The plot seems to be going somewhere at first, but it never really does. Chandor gives his film the look of an early Coppola production (that toll-booth scene echoes Sonny’s execution in The Godfather), but a lack of depth, and inexplicable behavior by some characters, doom the film.

There are moments in the movie that, while dramatically impactful, don’t make sense. An example: When Anna puts three slugs in an injured deer, she fails to tell her husband before firing the shots. She just walks up right next to him, a few feet away, and fires a gun into the injured animal. This sort of thing would give a somebody a heart attack. Yes, Anna is a tough hombre, but this particular action seems far-fetched in a movie that’s supposed to be grounded in realism. Year has a bunch of moments like this. Meanwhile, Brooks’ character is present in the film for no apparent reason. His Andrew winds up providing little along the lines of plot development.

Much of this movie focuses on Isaac, talking really slowly, sitting at tables and trying to work out details for loans. It gets tedious. Isaac almost always fascinating, in any role, but he can’t save the movie.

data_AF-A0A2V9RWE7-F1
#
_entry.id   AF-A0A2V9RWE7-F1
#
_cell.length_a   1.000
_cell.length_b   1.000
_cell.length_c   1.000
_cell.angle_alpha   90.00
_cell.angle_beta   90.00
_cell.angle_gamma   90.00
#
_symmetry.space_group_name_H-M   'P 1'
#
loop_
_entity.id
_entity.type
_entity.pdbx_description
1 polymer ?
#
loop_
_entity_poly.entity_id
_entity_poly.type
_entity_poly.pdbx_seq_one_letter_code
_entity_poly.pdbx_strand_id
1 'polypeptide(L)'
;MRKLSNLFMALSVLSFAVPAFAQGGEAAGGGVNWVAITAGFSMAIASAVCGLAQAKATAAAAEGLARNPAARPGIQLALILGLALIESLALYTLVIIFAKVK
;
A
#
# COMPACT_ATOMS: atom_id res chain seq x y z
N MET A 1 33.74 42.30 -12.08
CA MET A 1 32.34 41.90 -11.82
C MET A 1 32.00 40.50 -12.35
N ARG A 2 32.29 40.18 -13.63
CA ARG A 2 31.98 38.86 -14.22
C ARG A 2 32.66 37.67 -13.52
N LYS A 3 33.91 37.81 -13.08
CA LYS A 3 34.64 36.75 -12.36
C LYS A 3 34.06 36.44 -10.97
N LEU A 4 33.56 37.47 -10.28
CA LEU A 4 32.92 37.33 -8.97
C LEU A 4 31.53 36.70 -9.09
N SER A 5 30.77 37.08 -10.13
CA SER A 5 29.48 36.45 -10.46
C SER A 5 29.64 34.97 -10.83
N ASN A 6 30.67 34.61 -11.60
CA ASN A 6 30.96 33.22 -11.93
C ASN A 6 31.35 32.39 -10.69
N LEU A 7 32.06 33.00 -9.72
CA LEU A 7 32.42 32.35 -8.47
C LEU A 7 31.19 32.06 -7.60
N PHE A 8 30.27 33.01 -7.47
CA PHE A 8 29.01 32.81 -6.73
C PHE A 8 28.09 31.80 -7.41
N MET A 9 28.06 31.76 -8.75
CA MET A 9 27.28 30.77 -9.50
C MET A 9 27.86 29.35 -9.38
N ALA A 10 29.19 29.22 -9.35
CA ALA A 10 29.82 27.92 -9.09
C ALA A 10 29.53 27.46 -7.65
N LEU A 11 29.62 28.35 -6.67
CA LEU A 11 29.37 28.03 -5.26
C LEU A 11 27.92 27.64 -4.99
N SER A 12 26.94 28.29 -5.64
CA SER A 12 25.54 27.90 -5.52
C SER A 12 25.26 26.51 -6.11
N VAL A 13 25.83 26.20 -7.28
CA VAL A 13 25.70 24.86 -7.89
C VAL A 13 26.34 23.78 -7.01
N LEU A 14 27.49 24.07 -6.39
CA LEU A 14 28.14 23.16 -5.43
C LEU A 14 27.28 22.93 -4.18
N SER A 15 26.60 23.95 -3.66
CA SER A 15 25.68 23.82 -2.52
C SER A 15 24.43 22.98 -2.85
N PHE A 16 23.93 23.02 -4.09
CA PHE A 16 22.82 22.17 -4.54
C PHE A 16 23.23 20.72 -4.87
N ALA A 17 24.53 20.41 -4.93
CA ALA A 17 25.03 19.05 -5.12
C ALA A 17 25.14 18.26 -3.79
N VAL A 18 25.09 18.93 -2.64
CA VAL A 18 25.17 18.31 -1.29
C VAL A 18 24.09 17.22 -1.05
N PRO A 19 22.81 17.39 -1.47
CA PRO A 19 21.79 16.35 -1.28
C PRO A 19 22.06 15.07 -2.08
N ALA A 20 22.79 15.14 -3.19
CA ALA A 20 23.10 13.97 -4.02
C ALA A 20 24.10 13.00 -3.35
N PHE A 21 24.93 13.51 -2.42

It’s appropriate that a substantial aspect of A Most Violent Year involves the robbing of fuel trucks, because the movie is full of talented performers who have been robbed in the last few years. Isaac should’ve been Oscar-nominated for his performance in Inside Llewyn Davis, and his Year co-star Brooks was unbelievably passed over for Drive (also which happened to co-star Isaac). Oyelowo was perhaps this year’s biggest Oscar snub after he failed to garner a nod for his remarkable work in Selma. Chastain is the only one who has actually gotten Oscar nods in recent years (Zero Dark Thirty and The Help.)

I’ve watched the film twice, and it stands up even more poorly during a second viewing. Despite how real it looks, with some credible moments and performances, the film is dull and implausible.